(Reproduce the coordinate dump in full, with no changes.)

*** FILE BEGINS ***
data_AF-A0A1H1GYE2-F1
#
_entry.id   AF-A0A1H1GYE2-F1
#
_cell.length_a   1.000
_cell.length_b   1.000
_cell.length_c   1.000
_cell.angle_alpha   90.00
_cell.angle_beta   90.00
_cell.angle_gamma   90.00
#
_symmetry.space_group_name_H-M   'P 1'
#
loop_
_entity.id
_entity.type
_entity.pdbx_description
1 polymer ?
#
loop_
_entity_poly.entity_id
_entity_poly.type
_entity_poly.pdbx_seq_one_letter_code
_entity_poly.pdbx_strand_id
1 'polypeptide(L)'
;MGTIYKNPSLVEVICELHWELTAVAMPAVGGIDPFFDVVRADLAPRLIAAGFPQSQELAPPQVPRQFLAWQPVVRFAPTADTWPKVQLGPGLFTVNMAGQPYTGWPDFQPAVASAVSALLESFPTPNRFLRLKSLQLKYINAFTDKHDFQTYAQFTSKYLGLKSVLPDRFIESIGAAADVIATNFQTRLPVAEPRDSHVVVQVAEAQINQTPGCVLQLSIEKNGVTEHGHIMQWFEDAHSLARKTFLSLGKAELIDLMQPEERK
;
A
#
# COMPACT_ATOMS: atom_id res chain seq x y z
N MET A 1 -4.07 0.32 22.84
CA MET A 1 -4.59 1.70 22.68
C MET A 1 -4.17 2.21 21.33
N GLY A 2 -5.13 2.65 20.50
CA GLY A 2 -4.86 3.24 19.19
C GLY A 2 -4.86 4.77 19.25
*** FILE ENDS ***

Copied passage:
data_AF-A0A1H1GYE2-F1
#
_entry.id   AF-A0A1H1GYE2-F1
#
_cell.length_a   1.000
_cell.length_b   1.000
_cell.length_c   1.000
_cell.angle_alpha   90.00
_cell.angle_beta   90.00
_cell.angle_gamma   90.00
#
_symmetry.space_group_name_H-M   'P 1'
#
loop_
_entity.id
_entity.type
_entity.pdbx_description
1 polymer ?
#
loop_
_entity_poly.entity_id
_entity_poly.type
_entity_poly.pdbx_seq_one_letter_code
_entity_poly.pdbx_strand_id
1 'polypeptide(L)'
;MGTIYKNPSLVEVICELHWELTAVAMPAVGGIDPFFDVVRADLAPRLIAAGFPQSQELAPPQVPRQFLAWQPVVRFAPTADTWPKVQLGPGLFTVNMAGQPYTGWPDFQPAVASAVSALLESFPTPNRFLRLKSLQLKYINAFTDKHDFQTYAQFTSKYLGLKSVLPDRFIESIGAAADVIATNFQTRLPVAEPRDSHVVVQVAEAQINQTPGCVLQLSIEKNGVTEHGHIMQWFEDAHSLARKTFLSLGKAELIDLMQPEERK
;
A
#
# COMPACT_ATOMS: atom_id res chain seq x y z
N MET A 1 -4.07 0.32 22.84
CA MET A 1 -4.59 1.70 22.68
C MET A 1 -4.17 2.21 21.33
N GLY A 2 -5.13 2.65 20.50
CA GLY A 2 -4.86 3.24 19.19
C GLY A 2 -4.86 4.77 19.25